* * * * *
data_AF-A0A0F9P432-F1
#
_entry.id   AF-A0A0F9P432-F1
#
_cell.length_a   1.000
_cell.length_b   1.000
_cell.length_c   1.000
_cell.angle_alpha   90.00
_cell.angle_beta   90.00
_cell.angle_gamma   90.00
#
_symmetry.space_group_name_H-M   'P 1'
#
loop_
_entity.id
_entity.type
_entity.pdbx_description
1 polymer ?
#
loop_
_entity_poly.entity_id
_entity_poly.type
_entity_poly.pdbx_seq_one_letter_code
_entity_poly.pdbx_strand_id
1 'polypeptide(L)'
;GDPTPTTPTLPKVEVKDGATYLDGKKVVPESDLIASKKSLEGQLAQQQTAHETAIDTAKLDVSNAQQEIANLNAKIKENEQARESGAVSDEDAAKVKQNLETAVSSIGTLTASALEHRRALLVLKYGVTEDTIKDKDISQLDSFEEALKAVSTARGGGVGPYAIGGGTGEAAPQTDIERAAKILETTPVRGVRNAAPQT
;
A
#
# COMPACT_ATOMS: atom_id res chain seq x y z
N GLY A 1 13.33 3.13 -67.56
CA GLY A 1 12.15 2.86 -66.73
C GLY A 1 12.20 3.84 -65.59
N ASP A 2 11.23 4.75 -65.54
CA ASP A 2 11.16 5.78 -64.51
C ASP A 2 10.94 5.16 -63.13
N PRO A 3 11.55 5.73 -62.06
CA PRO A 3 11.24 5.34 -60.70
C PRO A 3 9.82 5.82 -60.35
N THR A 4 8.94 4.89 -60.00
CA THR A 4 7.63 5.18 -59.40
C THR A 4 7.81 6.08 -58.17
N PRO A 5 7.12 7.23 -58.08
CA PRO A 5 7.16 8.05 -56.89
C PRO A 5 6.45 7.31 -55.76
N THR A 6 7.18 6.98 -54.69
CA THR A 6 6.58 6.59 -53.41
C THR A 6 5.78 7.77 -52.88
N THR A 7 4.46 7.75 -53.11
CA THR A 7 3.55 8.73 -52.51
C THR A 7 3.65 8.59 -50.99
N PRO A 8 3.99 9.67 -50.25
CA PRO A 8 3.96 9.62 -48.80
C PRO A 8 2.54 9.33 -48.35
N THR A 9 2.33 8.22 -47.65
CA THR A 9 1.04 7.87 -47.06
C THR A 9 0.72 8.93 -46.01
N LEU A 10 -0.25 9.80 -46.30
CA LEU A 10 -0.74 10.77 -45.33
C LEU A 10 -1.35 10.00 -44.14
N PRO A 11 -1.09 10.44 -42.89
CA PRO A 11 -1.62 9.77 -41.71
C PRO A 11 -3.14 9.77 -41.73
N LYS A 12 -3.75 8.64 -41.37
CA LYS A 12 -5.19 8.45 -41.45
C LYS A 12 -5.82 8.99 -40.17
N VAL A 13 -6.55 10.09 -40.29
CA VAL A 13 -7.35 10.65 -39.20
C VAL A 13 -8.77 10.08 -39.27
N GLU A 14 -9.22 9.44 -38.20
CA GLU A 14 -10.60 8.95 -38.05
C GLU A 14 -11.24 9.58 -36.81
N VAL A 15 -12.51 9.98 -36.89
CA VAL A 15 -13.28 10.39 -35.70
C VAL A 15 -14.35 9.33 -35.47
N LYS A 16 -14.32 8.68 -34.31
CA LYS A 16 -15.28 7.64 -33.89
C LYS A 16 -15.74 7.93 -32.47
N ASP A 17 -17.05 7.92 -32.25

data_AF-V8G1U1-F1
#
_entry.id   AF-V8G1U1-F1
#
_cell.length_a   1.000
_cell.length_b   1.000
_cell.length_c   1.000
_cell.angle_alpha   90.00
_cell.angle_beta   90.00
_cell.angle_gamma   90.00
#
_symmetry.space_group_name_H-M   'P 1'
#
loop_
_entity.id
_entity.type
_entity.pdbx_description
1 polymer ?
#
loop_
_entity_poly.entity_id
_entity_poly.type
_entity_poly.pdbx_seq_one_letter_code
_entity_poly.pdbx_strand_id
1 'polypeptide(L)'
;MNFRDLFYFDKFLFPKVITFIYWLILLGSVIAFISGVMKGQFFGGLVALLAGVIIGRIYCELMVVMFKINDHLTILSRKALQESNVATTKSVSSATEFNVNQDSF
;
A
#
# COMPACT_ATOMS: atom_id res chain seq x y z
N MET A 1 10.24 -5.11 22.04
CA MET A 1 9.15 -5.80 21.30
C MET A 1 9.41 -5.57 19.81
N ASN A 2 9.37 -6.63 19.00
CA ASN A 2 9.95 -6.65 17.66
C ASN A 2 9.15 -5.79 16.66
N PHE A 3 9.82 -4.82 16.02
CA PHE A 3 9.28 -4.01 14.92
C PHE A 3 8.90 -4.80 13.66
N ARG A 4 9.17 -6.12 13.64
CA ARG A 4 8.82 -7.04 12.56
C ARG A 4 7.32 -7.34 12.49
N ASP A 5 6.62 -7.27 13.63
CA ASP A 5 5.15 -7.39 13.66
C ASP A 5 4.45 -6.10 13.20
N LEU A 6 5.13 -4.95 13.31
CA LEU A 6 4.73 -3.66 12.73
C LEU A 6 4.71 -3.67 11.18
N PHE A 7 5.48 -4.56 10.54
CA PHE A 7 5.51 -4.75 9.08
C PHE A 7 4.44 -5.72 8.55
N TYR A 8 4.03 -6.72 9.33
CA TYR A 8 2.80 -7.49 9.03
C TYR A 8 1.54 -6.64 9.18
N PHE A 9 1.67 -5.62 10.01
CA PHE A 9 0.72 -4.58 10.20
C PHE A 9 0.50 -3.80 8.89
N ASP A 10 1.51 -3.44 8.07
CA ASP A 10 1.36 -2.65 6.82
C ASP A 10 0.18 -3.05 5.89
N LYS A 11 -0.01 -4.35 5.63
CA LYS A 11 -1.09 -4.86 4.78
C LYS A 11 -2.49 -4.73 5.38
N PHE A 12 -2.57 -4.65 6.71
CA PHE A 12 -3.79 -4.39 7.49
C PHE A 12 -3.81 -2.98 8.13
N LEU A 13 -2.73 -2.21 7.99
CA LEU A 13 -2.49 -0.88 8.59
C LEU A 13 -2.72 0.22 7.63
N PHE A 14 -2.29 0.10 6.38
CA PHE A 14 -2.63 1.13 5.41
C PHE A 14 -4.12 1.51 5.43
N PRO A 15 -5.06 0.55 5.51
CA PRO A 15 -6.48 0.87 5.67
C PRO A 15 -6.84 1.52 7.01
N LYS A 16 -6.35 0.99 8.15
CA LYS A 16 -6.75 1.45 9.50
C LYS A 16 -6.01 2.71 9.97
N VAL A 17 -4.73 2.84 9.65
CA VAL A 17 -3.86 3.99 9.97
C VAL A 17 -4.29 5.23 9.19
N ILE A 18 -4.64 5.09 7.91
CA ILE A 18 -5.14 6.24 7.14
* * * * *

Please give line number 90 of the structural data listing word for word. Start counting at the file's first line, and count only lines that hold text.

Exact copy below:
#